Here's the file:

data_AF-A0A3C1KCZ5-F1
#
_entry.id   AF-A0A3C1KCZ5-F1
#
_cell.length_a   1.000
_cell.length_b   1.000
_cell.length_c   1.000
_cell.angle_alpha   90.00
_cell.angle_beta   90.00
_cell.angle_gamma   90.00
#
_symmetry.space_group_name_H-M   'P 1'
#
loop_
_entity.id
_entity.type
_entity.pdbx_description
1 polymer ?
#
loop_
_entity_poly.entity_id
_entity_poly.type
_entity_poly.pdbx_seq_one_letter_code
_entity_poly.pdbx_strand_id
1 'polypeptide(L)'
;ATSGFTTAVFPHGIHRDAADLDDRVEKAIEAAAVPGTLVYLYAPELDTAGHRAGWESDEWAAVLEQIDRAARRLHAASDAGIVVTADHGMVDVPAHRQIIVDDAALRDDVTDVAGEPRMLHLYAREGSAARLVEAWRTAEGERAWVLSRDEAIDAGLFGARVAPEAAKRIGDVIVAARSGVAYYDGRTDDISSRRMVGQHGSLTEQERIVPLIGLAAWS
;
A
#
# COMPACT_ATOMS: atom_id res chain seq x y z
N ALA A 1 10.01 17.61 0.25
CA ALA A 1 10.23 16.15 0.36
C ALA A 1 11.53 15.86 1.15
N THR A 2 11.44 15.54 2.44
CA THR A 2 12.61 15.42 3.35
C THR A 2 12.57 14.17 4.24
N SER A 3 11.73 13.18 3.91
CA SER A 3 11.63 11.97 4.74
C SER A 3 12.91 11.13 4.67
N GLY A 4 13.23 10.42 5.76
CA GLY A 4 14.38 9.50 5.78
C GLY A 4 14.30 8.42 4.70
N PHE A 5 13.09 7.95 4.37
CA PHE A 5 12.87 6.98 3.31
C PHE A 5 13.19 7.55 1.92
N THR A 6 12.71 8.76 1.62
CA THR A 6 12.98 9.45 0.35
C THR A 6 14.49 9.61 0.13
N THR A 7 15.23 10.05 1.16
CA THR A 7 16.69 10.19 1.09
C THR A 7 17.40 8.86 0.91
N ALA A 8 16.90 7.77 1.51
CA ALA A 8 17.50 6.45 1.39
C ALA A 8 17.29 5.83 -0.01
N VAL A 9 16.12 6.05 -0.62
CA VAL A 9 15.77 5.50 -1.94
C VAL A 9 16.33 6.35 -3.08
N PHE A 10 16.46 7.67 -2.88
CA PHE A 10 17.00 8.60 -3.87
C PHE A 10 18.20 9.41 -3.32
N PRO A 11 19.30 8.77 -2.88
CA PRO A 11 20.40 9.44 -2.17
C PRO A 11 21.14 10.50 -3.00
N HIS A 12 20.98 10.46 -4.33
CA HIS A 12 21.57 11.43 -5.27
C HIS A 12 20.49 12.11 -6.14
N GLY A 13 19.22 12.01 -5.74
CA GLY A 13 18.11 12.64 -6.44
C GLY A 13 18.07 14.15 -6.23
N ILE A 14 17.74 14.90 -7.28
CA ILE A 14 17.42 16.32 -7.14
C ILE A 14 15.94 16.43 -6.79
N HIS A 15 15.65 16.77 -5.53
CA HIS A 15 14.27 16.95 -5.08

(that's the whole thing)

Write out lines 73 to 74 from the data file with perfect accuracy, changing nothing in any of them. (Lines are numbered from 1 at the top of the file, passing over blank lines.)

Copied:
N HIS A 15 15.65 16.77 -5.53
CA HIS A 15 14.27 16.95 -5.08